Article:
This week in FMCG

FMCG-ThisWeekInNews-061118-8The first half of January has delivered some top stories in the FMCG sector. Take a look back this week’s biggest headlines.

Wesfarmers to gain $2.1bn from Coles spinoff

Australian retailer Wesfarmers is expecting to record between A$2.1 billion to A$2.3 billion in its 2019 first half results, off the back of the Coles demerger.

Wesfarmers expects to gain between $670 million to $680 million from the sale of its stake in the Bengalla coal mine, while its divestment of Kmart Tyre and Auto (KTAS) is expected to net $265 million to $275 million. The disposal of its interest in Quadrant Energy is expected to add US$98 million. The company also revealed that comparable sales in Target stores has increased by 0.5 per cent on the previous corresponding period, while Kmart posted a comparable store sales decline of 0.6 per cent (excluding the gain on the sale of KTAS).

Coca-Cola Amatil signed five-year deal with Pizza Hut Australia

After 48 years, Coke will finally be sold at the fast-food chain Pizza Hut. The fast food chain’s CEO Phil Reed said that Coca-Cola Amatil’s (CCA) range of products has proven to be popular with their customers. West said that its other business partnerships with Hungry Jack’s, Red Rooster, Oporto and Hilton Hotels has strengthened the growth of CCA’s Australian Beverages. The beverages will be rolled out in Pizza Hut restaurants in the next few weeks with new cold drink equipment.

Kaufland sells oddly shaped fruit and veg

Kaufland will start selling unusual looking fruits and vegetables after it conducted a three month trial of the program. Markus Mutz, purchasing Fruits and Vegetables, Kaufland explained that the program will help remove from its farmers produce with visual defects and show that unusual shapes have no effect on healthy foods and a full flavour. In Australia, Woolworths, Coles and ALDI have also began the same practice. The Odd Bunch range at Woolies helps customers save money and reduce food waste by buying odd looking produce. Coles advocates reducing food waste by using produce that cannot be sold as a whole to make other value-added products such as banana bread or rice alternative products. While ALDI tries to utilise as much of their crops as possible as it ensures the stores meet high standards and specifications.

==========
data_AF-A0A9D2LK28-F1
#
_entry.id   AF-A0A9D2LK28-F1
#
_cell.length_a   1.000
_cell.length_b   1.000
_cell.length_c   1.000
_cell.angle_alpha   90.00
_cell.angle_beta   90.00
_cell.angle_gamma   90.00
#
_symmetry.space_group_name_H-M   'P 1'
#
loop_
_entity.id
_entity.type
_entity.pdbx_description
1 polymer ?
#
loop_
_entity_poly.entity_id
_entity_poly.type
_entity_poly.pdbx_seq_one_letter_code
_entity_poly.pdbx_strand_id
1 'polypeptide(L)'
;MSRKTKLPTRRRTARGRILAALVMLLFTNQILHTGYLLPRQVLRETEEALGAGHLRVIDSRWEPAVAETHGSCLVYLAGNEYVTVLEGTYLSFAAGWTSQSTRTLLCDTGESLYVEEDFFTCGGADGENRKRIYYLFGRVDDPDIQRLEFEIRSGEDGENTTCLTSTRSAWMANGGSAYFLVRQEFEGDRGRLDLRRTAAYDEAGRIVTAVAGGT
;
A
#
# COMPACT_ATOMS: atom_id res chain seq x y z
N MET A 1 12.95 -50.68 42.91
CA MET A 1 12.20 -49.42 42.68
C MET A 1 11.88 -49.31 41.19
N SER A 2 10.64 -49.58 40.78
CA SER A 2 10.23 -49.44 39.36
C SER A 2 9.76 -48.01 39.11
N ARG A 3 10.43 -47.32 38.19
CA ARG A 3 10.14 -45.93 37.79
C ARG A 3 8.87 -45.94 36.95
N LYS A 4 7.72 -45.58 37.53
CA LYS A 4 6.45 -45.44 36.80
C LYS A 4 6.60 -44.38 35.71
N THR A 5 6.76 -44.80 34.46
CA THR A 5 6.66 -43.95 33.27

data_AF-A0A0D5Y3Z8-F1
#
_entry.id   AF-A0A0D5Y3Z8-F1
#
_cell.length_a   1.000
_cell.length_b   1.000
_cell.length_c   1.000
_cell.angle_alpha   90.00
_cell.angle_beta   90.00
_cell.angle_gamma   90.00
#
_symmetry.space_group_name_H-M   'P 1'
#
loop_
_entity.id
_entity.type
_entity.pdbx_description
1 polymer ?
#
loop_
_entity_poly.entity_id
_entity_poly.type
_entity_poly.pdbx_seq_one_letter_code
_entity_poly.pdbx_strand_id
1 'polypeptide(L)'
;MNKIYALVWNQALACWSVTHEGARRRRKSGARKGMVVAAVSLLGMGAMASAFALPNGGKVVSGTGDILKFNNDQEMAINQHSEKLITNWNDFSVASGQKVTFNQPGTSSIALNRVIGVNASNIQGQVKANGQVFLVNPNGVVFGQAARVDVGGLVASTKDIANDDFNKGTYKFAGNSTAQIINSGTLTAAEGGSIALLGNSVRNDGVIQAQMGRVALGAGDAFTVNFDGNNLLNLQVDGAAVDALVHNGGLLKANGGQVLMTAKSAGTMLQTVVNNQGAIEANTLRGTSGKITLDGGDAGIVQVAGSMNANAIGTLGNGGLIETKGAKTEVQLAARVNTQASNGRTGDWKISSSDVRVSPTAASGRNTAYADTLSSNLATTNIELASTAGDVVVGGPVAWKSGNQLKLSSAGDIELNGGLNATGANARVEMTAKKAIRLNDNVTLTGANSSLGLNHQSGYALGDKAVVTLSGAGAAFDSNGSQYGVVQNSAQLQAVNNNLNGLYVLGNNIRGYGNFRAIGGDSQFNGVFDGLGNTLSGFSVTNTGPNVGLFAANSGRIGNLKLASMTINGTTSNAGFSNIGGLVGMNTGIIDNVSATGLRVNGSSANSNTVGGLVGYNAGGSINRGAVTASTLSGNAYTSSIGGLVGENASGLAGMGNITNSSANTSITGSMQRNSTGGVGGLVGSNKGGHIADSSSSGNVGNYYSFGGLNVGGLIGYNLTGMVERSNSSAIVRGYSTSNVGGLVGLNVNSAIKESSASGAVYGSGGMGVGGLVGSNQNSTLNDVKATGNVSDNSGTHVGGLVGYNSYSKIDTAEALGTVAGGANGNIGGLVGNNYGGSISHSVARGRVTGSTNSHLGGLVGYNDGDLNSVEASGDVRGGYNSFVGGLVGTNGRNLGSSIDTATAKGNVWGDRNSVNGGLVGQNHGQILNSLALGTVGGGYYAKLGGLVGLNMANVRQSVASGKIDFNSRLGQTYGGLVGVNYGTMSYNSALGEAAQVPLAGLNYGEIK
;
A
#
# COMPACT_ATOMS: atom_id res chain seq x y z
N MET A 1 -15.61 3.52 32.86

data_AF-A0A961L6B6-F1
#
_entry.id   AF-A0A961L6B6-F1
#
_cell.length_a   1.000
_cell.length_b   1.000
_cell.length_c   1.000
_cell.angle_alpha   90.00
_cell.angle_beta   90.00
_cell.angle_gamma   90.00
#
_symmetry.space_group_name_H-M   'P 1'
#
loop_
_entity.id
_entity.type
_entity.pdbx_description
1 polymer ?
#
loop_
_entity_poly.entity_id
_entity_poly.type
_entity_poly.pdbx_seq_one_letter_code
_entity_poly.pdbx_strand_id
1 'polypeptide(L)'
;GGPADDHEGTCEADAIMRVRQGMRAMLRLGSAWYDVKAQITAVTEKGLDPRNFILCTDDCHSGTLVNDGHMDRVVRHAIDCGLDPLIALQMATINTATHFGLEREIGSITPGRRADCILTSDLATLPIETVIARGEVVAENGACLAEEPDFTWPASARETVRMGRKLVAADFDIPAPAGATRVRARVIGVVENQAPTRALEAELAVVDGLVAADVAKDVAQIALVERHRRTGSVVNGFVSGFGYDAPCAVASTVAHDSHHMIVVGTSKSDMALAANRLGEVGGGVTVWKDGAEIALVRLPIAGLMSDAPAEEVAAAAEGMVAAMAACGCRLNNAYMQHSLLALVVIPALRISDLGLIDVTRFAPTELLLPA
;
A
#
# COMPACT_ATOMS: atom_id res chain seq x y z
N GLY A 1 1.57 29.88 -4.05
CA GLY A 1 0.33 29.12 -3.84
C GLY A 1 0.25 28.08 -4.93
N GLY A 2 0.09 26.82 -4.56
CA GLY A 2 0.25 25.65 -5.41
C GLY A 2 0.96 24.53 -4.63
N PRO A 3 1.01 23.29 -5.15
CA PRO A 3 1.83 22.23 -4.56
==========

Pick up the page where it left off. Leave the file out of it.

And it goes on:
Gillette tackles toxic masculinity in new ad campaign

Gillette has released a new ad addressing the #MeToo movement and toxic masculinity. It depicts different situations of bullying and harassment and asks the question “Is this the best a man can get?” The company addressed the new campaign on its website saying “it’s easy to believe that men are not at their best”. Gillette said it’s time to acknowledge that brands play a role in influencing culture.

Smarties, Nesquik and Yes! packaging soon to be plastic-free

Nestlé is rolling out alternative packaging materials across its global product portfolio. It pledged to make 100 per cent of its packaging recyclable or reusable by 2025. Nestlé CEO Mark Schneider said that they are determined to finding feasible recycling options though they know that “100 per cent recyclability is not enough to successfully tackle the plastics waste crisis. We need to push the boundaries and do more.” Smarties, Nesquik and Yes! packaging will soon have plastic-free packaging.

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